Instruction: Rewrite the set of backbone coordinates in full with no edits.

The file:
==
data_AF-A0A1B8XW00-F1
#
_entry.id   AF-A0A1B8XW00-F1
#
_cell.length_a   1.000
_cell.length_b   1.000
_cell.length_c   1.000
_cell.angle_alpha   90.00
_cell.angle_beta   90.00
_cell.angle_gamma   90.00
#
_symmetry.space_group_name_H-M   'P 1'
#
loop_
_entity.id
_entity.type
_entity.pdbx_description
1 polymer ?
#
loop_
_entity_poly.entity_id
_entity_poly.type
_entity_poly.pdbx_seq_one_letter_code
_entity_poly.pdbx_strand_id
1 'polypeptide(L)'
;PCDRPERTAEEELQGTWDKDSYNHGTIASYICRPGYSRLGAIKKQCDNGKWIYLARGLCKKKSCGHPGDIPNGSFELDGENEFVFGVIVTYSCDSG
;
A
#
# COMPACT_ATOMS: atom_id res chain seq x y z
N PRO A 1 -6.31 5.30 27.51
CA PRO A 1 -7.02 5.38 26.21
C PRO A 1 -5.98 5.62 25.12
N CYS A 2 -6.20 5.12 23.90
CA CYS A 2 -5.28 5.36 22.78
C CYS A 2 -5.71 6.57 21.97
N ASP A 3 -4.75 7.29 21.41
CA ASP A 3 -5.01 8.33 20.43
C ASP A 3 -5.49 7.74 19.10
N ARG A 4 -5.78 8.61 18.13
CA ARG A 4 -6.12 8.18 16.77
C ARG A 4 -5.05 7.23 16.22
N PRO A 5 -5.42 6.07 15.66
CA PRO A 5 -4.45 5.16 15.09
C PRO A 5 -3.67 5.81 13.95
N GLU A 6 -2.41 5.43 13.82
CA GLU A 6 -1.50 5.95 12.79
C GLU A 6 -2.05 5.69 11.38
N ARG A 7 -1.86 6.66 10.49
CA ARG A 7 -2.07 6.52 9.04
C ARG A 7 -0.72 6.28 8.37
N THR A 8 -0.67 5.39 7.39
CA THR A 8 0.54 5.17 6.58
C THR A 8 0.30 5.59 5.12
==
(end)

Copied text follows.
data_AF-A0A1B8XW00-F1
#
_entry.id   AF-A0A1B8XW00-F1
#
_cell.length_a   1.000
_cell.length_b   1.000
_cell.length_c   1.000
_cell.angle_alpha   90.00
_cell.angle_beta   90.00
_cell.angle_gamma   90.00
#
_symmetry.space_group_name_H-M   'P 1'
#
loop_
_entity.id
_entity.type
_entity.pdbx_description
1 polymer ?
#
loop_
_entity_poly.entity_id
_entity_poly.type
_entity_poly.pdbx_seq_one_letter_code
_entity_poly.pdbx_strand_id
1 'polypeptide(L)'
;PCDRPERTAEEELQGTWDKDSYNHGTIASYICRPGYSRLGAIKKQCDNGKWIYLARGLCKKKSCGHPGDIPNGSFELDGENEFVFGVIVTYSCDSG
;
A
#
# COMPACT_ATOMS: atom_id res chain seq x y z
N PRO A 1 -6.31 5.30 27.51
CA PRO A 1 -7.02 5.38 26.21
C PRO A 1 -5.98 5.62 25.12
N CYS A 2 -6.20 5.12 23.90
CA CYS A 2 -5.28 5.36 22.78
C CYS A 2 -5.71 6.57 21.97
N ASP A 3 -4.75 7.29 21.41
CA ASP A 3 -5.01 8.33 20.43
C ASP A 3 -5.49 7.74 19.10
N ARG A 4 -5.78 8.61 18.13
CA ARG A 4 -6.12 8.18 16.77
C ARG A 4 -5.05 7.23 16.22
N PRO A 5 -5.42 6.07 15.66
CA PRO A 5 -4.45 5.16 15.09
C PRO A 5 -3.67 5.81 13.95
N GLU A 6 -2.41 5.43 13.82
CA GLU A 6 -1.50 5.95 12.79
C GLU A 6 -2.05 5.69 11.38
N ARG A 7 -1.86 6.66 10.49
CA ARG A 7 -2.07 6.52 9.04
C ARG A 7 -0.72 6.28 8.37
N THR A 8 -0.67 5.39 7.39
CA THR A 8 0.54 5.17 6.58
C THR A 8 0.30 5.59 5.12